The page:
The Principle of Rapid Peering (Paperback)

The Principle of Rapid Peering By Sylvia Legris Cover Image

The Principle of Rapid Peering (Paperback)

$16.95


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(Poetry)

 A lyrical guide through Saskatchewan’s Aspen Parkland by a poet whose work is “fizzing with ecological intellect” (Times Literary Supplement).


Self-seeding wind


is a wind of ever-replenishing breath.


        —from “The Walk, or The Principle of Rapid Peering” 


The title of Sylvia Legris’ melopoeic collection The Principle of Rapid Peering comes from a phrase the nineteenth-century ornithologist and field biologist Joseph Grinnell used to describe the feeding behavior of certain birds. Rather than waiting passively for food to approach them, these birds live in a continuous mode of “rapid peering.” Legris explores this rich theme of active observation through a spray of poems that together form a kind of almanac or naturalist’s notebook in verse. Here is “where nature converges with words,” as the poet walks through prairie habitats near her home in Saskatchewan, through lawless chronologies and mellifluous strophes of strobili and solstice. Moths appear frequently, as do birds and plants and larvae, all meticulously observed and documented with an oblique sense of the pandemic marking the seasons. Elements of weather, ornithology, entomology, and anatomy feed her condensed, inflective lines, making the heart bloom and the intellect dance.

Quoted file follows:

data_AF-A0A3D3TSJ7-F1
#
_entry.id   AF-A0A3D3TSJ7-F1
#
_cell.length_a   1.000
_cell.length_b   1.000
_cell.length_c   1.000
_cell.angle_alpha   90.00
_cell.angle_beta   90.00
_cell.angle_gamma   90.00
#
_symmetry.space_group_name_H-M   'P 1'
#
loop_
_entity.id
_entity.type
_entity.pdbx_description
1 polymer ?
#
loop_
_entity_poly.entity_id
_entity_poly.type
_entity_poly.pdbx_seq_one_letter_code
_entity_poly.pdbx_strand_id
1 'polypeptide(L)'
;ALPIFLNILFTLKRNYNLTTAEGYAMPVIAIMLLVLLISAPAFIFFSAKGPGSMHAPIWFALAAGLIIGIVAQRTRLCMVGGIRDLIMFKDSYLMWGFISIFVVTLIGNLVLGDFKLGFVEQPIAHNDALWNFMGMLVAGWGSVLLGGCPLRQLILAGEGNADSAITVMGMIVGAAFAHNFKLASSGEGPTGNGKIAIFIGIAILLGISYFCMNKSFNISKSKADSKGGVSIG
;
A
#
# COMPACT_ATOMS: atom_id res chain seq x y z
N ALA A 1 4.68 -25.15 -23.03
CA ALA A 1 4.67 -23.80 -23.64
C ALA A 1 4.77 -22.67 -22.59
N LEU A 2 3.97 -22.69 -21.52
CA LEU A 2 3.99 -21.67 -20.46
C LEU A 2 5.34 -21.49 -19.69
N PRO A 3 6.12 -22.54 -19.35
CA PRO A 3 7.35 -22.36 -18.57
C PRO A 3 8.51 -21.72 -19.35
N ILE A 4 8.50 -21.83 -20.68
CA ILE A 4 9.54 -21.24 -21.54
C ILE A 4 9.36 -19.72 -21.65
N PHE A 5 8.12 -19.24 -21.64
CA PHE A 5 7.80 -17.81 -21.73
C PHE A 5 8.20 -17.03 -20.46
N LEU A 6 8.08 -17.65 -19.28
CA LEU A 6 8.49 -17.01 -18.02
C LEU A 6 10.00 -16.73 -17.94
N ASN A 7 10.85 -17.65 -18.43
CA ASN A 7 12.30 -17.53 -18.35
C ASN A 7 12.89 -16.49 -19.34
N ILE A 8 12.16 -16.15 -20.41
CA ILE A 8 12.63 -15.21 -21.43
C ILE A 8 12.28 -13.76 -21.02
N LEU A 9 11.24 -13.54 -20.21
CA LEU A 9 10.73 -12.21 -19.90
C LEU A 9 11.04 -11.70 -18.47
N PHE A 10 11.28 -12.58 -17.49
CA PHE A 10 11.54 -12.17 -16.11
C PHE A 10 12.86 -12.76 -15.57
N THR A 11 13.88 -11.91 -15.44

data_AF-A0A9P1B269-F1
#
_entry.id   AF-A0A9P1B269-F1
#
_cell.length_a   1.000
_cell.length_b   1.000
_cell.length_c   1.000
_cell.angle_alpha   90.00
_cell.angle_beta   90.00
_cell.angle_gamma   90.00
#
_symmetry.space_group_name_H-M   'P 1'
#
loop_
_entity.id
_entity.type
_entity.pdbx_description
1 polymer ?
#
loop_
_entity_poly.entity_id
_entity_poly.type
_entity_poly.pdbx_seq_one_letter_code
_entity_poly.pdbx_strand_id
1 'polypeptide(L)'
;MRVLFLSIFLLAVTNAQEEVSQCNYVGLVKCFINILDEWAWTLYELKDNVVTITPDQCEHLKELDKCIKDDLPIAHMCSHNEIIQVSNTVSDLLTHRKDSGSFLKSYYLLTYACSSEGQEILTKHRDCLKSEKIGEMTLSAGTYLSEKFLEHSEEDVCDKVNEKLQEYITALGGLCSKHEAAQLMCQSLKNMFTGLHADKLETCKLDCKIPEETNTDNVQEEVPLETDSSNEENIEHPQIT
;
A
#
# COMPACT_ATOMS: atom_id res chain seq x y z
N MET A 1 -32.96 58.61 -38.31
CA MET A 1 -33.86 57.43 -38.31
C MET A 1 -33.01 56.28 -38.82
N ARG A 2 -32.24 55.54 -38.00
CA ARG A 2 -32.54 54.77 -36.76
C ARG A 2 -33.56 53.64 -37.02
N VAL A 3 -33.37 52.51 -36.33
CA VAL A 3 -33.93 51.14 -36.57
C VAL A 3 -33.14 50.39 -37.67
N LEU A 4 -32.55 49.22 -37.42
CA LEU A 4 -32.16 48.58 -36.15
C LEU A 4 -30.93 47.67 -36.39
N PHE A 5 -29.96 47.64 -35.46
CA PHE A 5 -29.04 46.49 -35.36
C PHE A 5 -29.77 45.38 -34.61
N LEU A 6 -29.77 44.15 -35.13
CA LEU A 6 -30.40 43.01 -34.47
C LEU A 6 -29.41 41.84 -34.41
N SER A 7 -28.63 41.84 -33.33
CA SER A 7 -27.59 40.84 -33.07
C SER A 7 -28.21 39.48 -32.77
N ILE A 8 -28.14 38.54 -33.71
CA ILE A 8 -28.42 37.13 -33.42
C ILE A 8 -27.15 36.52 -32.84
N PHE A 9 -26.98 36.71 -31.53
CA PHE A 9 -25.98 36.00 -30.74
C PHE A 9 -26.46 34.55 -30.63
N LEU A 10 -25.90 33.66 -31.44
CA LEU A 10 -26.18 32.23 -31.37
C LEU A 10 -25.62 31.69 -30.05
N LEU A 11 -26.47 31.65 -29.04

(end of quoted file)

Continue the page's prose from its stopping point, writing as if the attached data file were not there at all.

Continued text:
Sylvia Legris was born in Winnipeg, Manitoba. Her collection Garden Physic was chosen as one of the Best Poetry Books of the Year by The (London) Times and CBC/Radio-Canada. Her other poetry collections include The Hideous Hidden, Pneumatic Antiphonal, and Nerve Squall, winner of the Griffin Poetry Prize and the Pat Lowther Award. She lives in Saskatoon, Saskatchewan.

Product Details ISBN: 9780811237642
ISBN-10: 0811237648
Publisher: New Directions
Publication Date: April 2nd, 2024
Language: English
For Legris, nature is the all-inclusive subject, its circumference encompassing the flawed temporalities and fabricated vision of consciousness itself. The precision is clotted, scientific, Latinate, lovely… Best when compressed and apparently impersonal, Legris seeks not the detailing of her own particulars—no exigent family members, bad sex, or failed love here—but a comprehensive understanding of how the world assembles itself through the evolved perspectives of biological entities, like the bird who remains planted in place, allowing prey to come to it, or the creature of the title, who peers rapidly on the wing.
— David Woo - Lit Hub